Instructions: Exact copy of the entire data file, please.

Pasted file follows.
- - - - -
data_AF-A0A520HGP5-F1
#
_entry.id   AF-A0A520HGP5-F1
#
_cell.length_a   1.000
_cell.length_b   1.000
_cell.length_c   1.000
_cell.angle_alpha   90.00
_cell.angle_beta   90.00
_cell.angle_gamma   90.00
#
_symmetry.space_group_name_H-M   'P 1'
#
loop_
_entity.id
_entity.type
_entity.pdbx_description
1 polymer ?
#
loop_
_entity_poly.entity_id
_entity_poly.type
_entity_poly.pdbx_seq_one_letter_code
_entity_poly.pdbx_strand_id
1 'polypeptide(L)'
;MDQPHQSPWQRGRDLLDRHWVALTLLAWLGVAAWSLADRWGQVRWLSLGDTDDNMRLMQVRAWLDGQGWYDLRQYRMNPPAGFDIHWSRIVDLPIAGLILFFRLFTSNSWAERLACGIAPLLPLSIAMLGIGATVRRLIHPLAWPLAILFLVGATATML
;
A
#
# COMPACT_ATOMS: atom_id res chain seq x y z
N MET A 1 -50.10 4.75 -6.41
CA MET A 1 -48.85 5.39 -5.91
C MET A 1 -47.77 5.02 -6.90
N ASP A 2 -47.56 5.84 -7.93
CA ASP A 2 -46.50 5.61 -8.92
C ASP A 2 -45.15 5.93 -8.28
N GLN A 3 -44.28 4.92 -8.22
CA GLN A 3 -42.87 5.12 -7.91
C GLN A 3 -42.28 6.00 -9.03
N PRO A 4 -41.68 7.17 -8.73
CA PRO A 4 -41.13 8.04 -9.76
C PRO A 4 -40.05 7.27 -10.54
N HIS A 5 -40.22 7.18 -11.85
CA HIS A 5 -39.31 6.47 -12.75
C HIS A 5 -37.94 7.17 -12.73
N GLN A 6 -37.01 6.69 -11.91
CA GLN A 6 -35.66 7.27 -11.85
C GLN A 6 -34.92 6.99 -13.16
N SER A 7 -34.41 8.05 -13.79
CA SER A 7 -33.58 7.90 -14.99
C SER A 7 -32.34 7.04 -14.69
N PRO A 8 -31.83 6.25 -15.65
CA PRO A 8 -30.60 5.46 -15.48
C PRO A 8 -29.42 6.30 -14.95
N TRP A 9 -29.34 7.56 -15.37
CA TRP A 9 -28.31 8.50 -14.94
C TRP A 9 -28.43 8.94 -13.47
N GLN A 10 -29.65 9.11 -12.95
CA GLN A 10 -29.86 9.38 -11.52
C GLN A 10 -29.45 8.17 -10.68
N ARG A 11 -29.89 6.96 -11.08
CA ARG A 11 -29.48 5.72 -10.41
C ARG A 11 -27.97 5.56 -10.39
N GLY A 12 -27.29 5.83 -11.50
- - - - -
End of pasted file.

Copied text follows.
data_AF-A0A520HGP5-F1
#
_entry.id   AF-A0A520HGP5-F1
#
_cell.length_a   1.000
_cell.length_b   1.000
_cell.length_c   1.000
_cell.angle_alpha   90.00
_cell.angle_beta   90.00
_cell.angle_gamma   90.00
#
_symmetry.space_group_name_H-M   'P 1'
#
loop_
_entity.id
_entity.type
_entity.pdbx_description
1 polymer ?
#
loop_
_entity_poly.entity_id
_entity_poly.type
_entity_poly.pdbx_seq_one_letter_code
_entity_poly.pdbx_strand_id
1 'polypeptide(L)'
;MDQPHQSPWQRGRDLLDRHWVALTLLAWLGVAAWSLADRWGQVRWLSLGDTDDNMRLMQVRAWLDGQGWYDLRQYRMNPPAGFDIHWSRIVDLPIAGLILFFRLFTSNSWAERLACGIAPLLPLSIAMLGIGATVRRLIHPLAWPLAILFLVGATATML
;
A
#
# COMPACT_ATOMS: atom_id res chain seq x y z
N MET A 1 -50.10 4.75 -6.41
CA MET A 1 -48.85 5.39 -5.91
C MET A 1 -47.77 5.02 -6.90
N ASP A 2 -47.56 5.84 -7.93
CA ASP A 2 -46.50 5.61 -8.92
C ASP A 2 -45.15 5.93 -8.28
N GLN A 3 -44.28 4.92 -8.22
CA GLN A 3 -42.87 5.12 -7.91
C GLN A 3 -42.28 6.00 -9.03
N PRO A 4 -41.68 7.17 -8.73
CA PRO A 4 -41.13 8.04 -9.76
C PRO A 4 -40.05 7.27 -10.54
N HIS A 5 -40.22 7.18 -11.85
CA HIS A 5 -39.31 6.47 -12.75
C HIS A 5 -37.94 7.17 -12.73
N GLN A 6 -37.01 6.69 -11.91
CA GLN A 6 -35.66 7.27 -11.85
C GLN A 6 -34.92 6.99 -13.16
N SER A 7 -34.41 8.05 -13.79
CA SER A 7 -33.58 7.90 -14.99
C SER A 7 -32.34 7.04 -14.69
N PRO A 8 -31.83 6.25 -15.65
CA PRO A 8 -30.60 5.46 -15.48
C PRO A 8 -29.42 6.30 -14.95
N TRP A 9 -29.34 7.56 -15.37
CA TRP A 9 -28.31 8.50 -14.94
C TRP A 9 -28.43 8.94 -13.47
N GLN A 10 -29.65 9.11 -12.95
CA GLN A 10 -29.86 9.38 -11.52
C GLN A 10 -29.45 8.17 -10.68
N ARG A 11 -29.89 6.96 -11.08
CA ARG A 11 -29.48 5.72 -10.41
C ARG A 11 -27.97 5.56 -10.39
N GLY A 12 -27.29 5.83 -11.50